Nature and classical music

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In 2010 we celebrated the festival’s 10th birthday by having a garden at the Chelsea Flower Show. This wasn’t any old garden. It was an exquisite representation of the Festival, the area and music that was designed, planned and built to perfection. So much so that it won a Gold Medal and Best Courtyard Garden that year.

Against all odds – and a great deal of opposition – the garden came into being. The idea was inspired by the festival’s artistic director who thought that a garden seen by many thousands of people would give the festival something long lasting to celebrate and make the most of a gift for PR. It worked like a dream on both accounts.

Putting the garden together posed all sorts of problems. It took two years of hard work, fundraising (separate to the festival’s funding schemes), making a design, finding the expertise to put it together and last but by no means least, persuading a large number of people that it was the right thing to do. The problem was that no one could see the connections between a garden and the Two Moors Festival. We tried hard to convince supporters that there were hundreds of links between nature and plants with music but they failed to do so. Even telling them that Beethoven would never have written his Pastoral Symphony had it not been for grass, hills, nature and trees, didn’t seem to register.

There was a small team of people who did see the reasons why the garden should go ahead and with hard slog and determination. The designer (local and award-winning Christina Williams) plus horticulturist Liz Pile, Dr Stephen Head and others spent many dedicated hours to achieve the masterpiece that graced a patch of grass 5x4m within the Chelsea Hospital grounds. The garden was visited by the Queen, other members of the royal family, politicians, professional gardeners and the press.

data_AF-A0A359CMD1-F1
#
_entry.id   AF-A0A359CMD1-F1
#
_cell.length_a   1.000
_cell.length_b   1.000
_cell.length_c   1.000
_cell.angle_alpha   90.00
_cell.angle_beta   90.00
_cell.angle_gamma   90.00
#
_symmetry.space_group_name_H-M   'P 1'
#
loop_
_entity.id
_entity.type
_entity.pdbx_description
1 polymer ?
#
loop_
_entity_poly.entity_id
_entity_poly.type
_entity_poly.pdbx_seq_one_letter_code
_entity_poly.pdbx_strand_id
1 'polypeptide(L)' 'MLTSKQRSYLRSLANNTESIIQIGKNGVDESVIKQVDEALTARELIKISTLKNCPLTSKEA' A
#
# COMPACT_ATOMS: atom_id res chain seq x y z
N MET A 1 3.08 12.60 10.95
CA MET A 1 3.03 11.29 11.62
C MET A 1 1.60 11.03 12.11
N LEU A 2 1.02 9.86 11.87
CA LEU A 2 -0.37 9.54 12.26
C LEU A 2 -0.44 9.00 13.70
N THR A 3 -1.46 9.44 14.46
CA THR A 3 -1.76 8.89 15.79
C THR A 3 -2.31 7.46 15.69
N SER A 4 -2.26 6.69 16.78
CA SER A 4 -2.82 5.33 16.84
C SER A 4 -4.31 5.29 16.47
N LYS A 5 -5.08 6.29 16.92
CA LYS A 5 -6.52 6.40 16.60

It achieved its aim in more ways than one. It provided Exmoor moss for an SW1 blackbird to build its nest. It was the most magical project to be involved with and would never have been achieved but for the efforts of the wonderful team of people who faithfully put it together. It was very beautiful and incorporated the churches (concert venues) with willow arches, concert halls with cobble amphitheatre ground, Dartmoor (granite cross), wind-swept hawthorn (Exmoor) and many more features besides.

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